Three funds to consider

Here we highlight a few funds providing infrastructure exposure – either completely or as part of a wider portfolio – that might be worth considering.

First Sentier Global Listed Infrastructure
First Sentier Investors was one of the pioneers in providing access to this asset class, which quickly captured the attention of income-focused investors. This fund seeks to deliver income and some capital growth by investing in listed infrastructure companies around the world.

Manager Peter Meany is one of the most experienced managers in the space and has been running this fund for over 15 years. We consider this fund an alternative method of playing the global equity market with a thematic bias and a reasonable yield.

The portfolio currently has over 60% allocated to US, with the UK making up just 3% of the final portfolio***. Electric utilities, highways & rail tracks and rail transportation account for over half of the portfolio by sector***.

Schroder Digital Infrastructure
The aim of this fund is to take advantage of the increasing demand for digital infrastructure and the sustainable transition towards a digital economy. The fund’s managers usually hold around 40 global stocks from a combination of emerging and developed markets.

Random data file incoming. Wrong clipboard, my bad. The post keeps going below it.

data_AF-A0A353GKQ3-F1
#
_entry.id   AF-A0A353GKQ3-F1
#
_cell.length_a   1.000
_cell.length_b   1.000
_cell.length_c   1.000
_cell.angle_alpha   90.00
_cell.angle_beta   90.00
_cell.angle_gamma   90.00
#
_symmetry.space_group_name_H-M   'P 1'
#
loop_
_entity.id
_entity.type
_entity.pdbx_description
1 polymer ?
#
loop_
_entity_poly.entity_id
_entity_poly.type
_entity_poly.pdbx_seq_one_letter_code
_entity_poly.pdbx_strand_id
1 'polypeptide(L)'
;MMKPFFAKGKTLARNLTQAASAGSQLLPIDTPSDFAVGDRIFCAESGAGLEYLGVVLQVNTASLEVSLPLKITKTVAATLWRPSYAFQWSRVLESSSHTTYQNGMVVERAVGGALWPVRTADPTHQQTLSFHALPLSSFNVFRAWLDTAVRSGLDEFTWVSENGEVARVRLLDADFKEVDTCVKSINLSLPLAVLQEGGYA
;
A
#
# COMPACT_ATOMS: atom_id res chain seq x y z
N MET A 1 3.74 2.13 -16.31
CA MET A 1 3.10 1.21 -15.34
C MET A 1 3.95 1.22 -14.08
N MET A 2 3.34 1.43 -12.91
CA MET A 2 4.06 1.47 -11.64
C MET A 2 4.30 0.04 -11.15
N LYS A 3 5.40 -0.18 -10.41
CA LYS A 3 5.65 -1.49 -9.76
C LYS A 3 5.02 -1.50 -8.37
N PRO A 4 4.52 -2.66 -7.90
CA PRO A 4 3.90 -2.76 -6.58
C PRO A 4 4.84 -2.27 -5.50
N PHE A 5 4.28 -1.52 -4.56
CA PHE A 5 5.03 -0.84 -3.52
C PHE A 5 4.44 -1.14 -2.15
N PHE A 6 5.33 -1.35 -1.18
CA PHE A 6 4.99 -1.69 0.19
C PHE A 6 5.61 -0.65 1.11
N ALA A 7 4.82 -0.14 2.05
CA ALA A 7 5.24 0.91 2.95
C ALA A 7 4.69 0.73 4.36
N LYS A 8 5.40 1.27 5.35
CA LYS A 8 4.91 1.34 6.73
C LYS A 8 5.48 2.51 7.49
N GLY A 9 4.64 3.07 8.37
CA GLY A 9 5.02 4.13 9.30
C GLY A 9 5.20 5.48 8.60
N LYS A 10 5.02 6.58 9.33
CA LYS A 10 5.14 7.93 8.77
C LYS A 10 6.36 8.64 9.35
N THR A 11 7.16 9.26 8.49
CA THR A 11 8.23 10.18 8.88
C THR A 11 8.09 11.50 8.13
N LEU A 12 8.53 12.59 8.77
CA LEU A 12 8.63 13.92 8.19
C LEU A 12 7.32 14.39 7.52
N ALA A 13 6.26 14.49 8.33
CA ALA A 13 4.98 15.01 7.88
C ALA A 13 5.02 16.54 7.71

On a sector standpoint, communication services account for almost half of the portfolio at 49%, followed by 34% in real estate and 9% in information technology***.

Currently, the largest individual position in the fund is the 7.4% in Digital Reality Trust Inc, followed by the 7.1% in American Tower Corp***. The fund has a significant tailwind, as demand for data grows, requiring ever more digital infrastructure. The team is highly experienced, with a strong track record on its other funds, and the fund represents a strong thematic option for investors.

M&G Global Listed Infrastructure
This fund invests in a wide variety of infrastructure-related stocks, including utility firms, mobile towers, data centres, and payment companies. Its aim is to deliver a combination of capital growth and income that’s higher than that of the MSCI All Country World Index, over any five year period – and to increase income every year.

The final portfolio, which is built with a buy and hold approach, usually contains between 40 and 50 holdings. Just over 40% of the fund is in US-listed names, with roughly 17% from Canada and 14% the UK. The other countries represented include Italy, France, Australia and Guernsey***.

Manager Alex Araujo recently noted that stock selection had been the key driver of excess return, with the biggest contribution coming from real estate****. “Crown Castle, Alexandria Real Estate, and Segro, all structured as real estate investment trusts (REITs), added the most value,” he wrote.

*Source: Global Infrastructure Outlook, December 2023
**Source: Franklin Templeton, December 2023
***Source: fund factsheet, 30 November 2023
****Source: fund commentary, January 2024

Past performance is not a reliable guide to future returns. You may not get back the amount originally invested, and tax rules can change over time. The views expressed are those of the author and fund managers and do not constitute financial advice.

Published on 08/01/2024